HRZZ IP-2014-09-9515

Edukacijsko-rehabilitacijski

fakultet Sveučilišta u Zagrebu

[ Specifična obilježja

obitelji u riziku: doprinos planiranju

kompleksnih intervencija ]

8th EUSPR Conference and Members’ Meeting „Quality in Prevention“ 20th – 22nd September 2017, Vienna, Austria

Over the previous decade, there have been important achievements in the field of prevention science. Our understanding of the development of health and social behaviours, and refinement of new research methodologies, quality standards and  programmes, has allowed us to better respond to the needs of target populations. Most European countries now deliver some form of preventive actions across different policy domains, although some actions are less well developed than others. However, implementation science (the study of methods that influence the integration of evidence-based interventions into policy and practice settings) is relatively under-utilised in Europe, and little centralised attention has been paid with regards to which interventions and components prevention strategies comprise, and how they are organised and delivered. Literature reviews and systems mapping, for example, suggest that effective interventions are in the minority of those that have been evaluated, and that these effective approaches are rarely implemented in practice.

Therefore, the main theme of this year’s EUSPR conference focuses on improving quality in prevention. Our keynote speakers and attendees were discussing next questions:

  • How can we improve the organisation of ambitious integrative actions that promote partnerships between researchers, practitioners, policy makers and the public?
  • How has our understanding of quality in prevention science developed, and how influential might initiatives such as the SPR standards for evidence for efficacy, effectiveness, and scale-up research be?
  • What does ‘high quality’ training and education in prevention look like?
  • What is the role of ethics in supporting the development of the prevention field?
  • How best can we promote the use of evidence in policy and practice whilst supporting diversity and innovation?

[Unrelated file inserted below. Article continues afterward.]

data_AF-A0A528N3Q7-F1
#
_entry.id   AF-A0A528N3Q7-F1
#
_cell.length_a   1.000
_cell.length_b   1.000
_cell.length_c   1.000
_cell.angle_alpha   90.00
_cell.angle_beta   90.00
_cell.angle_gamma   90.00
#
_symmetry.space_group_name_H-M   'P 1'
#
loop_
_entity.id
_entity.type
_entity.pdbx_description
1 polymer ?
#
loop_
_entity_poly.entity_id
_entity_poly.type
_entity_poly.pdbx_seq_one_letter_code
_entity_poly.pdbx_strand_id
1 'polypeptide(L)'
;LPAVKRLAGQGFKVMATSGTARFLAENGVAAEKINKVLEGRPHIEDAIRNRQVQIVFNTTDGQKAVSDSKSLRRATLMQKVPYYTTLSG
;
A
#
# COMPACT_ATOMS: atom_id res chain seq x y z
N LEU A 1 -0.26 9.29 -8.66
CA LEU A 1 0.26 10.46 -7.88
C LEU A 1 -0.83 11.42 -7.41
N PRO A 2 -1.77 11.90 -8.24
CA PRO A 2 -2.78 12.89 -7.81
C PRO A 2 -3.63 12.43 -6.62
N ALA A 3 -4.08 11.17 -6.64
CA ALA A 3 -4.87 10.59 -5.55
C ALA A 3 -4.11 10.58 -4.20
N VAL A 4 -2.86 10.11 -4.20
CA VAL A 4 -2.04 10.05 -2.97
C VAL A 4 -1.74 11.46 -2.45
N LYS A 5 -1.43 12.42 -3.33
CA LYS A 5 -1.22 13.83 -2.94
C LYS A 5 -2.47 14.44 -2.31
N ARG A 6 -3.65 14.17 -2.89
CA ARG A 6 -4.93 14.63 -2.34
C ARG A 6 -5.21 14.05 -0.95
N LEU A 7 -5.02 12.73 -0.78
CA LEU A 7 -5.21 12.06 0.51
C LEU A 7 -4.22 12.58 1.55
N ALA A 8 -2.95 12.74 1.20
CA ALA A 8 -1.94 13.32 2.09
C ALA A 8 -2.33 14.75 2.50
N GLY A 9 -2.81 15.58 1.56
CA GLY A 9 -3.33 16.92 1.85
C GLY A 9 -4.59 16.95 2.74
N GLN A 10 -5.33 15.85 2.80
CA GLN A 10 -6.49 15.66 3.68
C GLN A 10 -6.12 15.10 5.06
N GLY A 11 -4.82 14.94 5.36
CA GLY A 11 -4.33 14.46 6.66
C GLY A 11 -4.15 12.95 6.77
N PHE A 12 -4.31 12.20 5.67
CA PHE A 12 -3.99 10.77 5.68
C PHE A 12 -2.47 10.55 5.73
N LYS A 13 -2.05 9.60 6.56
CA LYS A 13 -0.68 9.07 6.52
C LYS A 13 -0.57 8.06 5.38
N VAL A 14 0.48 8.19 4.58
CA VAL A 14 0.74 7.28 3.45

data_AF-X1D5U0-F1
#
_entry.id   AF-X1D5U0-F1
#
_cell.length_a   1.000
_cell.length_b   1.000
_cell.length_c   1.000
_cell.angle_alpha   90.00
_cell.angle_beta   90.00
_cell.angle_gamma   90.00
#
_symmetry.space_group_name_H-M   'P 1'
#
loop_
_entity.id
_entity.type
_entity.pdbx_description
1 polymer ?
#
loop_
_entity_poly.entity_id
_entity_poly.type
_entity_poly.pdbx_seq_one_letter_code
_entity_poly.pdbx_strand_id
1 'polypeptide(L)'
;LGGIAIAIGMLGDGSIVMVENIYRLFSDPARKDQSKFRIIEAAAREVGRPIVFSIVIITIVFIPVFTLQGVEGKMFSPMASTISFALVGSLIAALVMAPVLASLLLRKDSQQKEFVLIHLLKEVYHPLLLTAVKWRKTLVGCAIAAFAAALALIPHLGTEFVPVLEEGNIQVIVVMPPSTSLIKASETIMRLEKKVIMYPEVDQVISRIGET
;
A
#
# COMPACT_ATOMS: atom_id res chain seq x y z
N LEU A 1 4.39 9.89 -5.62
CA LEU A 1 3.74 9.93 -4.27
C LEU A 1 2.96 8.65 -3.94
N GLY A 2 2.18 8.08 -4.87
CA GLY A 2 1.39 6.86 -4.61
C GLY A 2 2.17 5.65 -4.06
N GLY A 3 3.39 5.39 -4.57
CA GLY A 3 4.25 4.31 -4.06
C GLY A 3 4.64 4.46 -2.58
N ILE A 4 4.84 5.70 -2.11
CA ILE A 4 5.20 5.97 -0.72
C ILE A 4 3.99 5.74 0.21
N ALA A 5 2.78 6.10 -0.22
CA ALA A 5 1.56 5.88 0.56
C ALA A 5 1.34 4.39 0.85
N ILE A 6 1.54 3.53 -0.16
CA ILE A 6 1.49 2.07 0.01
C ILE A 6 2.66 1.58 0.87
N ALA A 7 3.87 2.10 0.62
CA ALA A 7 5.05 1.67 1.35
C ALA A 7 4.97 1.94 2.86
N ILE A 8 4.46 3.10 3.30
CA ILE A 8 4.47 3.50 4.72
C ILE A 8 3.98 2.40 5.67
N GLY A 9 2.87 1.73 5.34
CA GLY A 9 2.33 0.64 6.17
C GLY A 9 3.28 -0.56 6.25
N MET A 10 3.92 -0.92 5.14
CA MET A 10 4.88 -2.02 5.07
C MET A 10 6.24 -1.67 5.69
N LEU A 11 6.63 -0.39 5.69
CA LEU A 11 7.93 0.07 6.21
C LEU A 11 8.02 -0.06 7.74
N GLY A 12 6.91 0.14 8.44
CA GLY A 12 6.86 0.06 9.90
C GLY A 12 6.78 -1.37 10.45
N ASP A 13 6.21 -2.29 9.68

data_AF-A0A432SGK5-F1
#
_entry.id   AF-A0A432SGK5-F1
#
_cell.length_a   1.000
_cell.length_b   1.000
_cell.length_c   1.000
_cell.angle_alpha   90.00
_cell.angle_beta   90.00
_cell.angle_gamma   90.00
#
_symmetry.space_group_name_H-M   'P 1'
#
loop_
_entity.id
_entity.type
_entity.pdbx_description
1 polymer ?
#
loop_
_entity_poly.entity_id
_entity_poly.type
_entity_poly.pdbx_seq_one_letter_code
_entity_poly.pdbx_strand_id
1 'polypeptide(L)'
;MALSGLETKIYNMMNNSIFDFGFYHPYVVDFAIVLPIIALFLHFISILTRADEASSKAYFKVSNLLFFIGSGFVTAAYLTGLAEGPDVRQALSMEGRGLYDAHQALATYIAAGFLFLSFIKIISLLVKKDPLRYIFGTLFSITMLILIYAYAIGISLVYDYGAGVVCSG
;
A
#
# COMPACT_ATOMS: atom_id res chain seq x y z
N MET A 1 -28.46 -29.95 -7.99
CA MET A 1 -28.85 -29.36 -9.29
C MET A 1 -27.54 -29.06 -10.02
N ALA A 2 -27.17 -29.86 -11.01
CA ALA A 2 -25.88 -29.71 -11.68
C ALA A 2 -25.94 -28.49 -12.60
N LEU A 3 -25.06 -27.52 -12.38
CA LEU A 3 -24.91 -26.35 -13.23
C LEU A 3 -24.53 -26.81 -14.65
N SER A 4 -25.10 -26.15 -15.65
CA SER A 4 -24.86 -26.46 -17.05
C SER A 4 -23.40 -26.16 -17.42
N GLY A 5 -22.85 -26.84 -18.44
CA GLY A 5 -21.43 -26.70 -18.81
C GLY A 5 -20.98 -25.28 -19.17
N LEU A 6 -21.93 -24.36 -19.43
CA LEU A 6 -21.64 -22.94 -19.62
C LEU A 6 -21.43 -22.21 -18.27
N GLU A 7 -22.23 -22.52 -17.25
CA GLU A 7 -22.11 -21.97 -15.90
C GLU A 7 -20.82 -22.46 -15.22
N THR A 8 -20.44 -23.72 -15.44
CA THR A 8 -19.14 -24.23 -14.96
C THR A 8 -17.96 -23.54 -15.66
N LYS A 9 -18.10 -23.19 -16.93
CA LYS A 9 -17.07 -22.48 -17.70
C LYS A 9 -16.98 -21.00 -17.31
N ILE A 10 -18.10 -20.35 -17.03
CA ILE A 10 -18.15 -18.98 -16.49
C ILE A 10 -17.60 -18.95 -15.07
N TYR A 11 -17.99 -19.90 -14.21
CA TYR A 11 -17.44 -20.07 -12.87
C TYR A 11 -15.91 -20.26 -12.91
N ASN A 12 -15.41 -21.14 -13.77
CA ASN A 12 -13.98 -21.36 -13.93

• What do researchers and practitioners need to know in order to influence the policy making process, and should we be realistic about what we can achieve?
  • How has the field responded to quality standards and guidelines in prevention with respect to research priorities and practice?
  • How do we improve the identification and implementation of evidence based prevention programmes and actions?
  • What are some of the key methodological and conceptual developments that will advance the prevention field?

The European Society for Prevention Research (EUSPR) promotes the development of prevention science, and its application to practice so as to promote human health and well-being through high quality research, evidence based interventions, policies and practices. EUSPR conferences attract a diverse group of participants, not just from Europe, but internationally.  In addition to academics and researchers, policy and decision makers, practitioners and prevention coordinators are well represented and will benefit from attendance.

We’ve participated on the conference with two oral presentations as follows:

(1) Mihić, J., Ferić, M., Kranželić, V., Novak, M., Križan H.: “MEASURING FAMILY RESILIENCE IN AT-RISK AND GENERAL POPULATION YOUTH” (presentation 1)

(2) Kovčo Vukadin, I., Valentina Kranželić, V.,  Martina Ferić, N., Križan H.: “ETHICAL CHALLENGES IN STUDYING FAMILIES AT RISK – EXPERIENCES FROM THE PILOT STUDY OF THE FAMRESPLAN RESEARCH PROJECT” (presentation 2).